AppearanceThe black-winged flycatcher-shrike is about 15 cm long. The male's head and upperparts are black, having a green sheen. The rump has black and white bars, and the tail is black. The chin and upper throat are white, the lower throat and breast are gull grey, and the belly is white. The leg feathers are dark grey. The eyes are dark brown, and the beak and feet are black. The female's upperparts are sooty brown instead of black. The juvenile bird has a brownish black beak and sooty brown upperparts with buff fringes.
DistributionThis species ranges from the Malay Peninsula to Sumatra, Borneo, Java and Bali. A record from southern Tenasserim is not supported by evidence. It is found below 800 m in elevation and is more common below 300 m ; this is usually lower than the bar-winged flycatcher-shrike . The black-winged flycatcher-shrike lives in the canopy of lowland forests and forest edges and along forest roads and streams, and it sometimes occurs in swamps, mangroves and secondary forest.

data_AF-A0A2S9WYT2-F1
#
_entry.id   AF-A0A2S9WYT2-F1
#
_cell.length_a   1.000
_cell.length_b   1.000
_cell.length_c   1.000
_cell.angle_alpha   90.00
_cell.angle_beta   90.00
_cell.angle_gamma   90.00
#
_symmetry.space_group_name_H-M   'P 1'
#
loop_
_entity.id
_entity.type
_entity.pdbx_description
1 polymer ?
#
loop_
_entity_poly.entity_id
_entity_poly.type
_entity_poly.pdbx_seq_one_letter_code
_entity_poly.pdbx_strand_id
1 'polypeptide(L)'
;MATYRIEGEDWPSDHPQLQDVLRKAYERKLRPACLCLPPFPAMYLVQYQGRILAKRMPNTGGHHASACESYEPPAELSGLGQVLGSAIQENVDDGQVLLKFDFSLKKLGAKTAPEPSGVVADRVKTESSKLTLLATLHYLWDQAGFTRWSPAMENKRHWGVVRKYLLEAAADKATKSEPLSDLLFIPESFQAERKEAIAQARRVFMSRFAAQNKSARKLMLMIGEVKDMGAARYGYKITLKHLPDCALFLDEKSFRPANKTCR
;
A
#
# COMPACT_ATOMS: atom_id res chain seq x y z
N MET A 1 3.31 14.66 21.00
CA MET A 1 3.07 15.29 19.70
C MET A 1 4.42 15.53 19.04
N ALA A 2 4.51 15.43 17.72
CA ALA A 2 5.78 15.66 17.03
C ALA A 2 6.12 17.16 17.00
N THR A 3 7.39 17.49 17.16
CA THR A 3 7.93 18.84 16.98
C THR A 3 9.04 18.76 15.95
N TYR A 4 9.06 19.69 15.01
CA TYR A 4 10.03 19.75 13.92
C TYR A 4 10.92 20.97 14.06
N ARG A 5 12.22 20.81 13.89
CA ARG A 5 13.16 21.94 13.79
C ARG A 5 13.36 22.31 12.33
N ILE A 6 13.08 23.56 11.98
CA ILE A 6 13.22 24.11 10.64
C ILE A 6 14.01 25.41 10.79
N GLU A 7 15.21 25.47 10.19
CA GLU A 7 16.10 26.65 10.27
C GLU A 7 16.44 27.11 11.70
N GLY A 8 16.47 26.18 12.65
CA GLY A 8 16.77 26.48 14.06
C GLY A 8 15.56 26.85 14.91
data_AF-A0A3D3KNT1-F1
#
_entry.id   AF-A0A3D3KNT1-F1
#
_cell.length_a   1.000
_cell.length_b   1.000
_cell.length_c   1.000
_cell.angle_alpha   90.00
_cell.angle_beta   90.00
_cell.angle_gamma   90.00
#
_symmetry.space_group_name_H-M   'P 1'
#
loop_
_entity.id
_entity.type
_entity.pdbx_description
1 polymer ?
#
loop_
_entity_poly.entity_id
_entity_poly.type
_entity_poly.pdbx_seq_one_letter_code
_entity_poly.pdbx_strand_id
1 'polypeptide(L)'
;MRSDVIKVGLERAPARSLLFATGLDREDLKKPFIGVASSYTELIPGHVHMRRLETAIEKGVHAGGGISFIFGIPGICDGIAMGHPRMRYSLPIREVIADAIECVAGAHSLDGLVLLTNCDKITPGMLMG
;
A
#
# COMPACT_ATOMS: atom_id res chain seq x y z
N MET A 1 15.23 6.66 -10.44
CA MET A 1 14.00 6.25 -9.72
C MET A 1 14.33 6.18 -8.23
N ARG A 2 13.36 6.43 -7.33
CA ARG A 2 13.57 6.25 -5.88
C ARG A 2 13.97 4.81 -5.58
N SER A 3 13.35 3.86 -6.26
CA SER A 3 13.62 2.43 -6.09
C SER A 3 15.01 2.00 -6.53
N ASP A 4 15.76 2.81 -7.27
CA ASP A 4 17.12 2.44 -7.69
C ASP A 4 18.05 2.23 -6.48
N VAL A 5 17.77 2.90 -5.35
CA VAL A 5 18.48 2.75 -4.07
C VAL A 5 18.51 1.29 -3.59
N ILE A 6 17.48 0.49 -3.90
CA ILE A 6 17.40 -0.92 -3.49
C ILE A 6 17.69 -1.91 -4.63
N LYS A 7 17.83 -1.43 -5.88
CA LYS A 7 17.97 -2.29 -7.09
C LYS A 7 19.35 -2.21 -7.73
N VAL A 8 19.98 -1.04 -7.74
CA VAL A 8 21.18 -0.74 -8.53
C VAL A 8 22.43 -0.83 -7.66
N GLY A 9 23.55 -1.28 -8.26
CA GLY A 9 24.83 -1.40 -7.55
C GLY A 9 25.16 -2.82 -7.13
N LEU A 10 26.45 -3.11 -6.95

StatusThe population is declining because of habitat loss, but not rapidly enough to make it vulnerable, so the IUCN has assessed it to be a least-concern species.
BehaviorThis flycatcher-shrike catches insects from the underside of leaves and in the air, often perching at an exposed location. It is most often found in pairs and also occurs singly, in small parties and in mixed-species foraging flocks. Its calls include a ''wirrawik'' and a sharp ''chisi-wik'', and its song is a high-pitched ''twee wi-wi-wi-wi''. Breeding has been inferred to occur from February to July. The cone-shaped nest is attached to a branch using cobweb. The male collects pieces of bark, lichen, fibres and cobweb, and the female shapes the nest by pressing its body against it. The bark camouflages the nest, making it hard to spot. The eggs are white, with dark brown spots. Moulting occurs from May to at least August. The primaries are replaced starting outwards from the innermost feathers.
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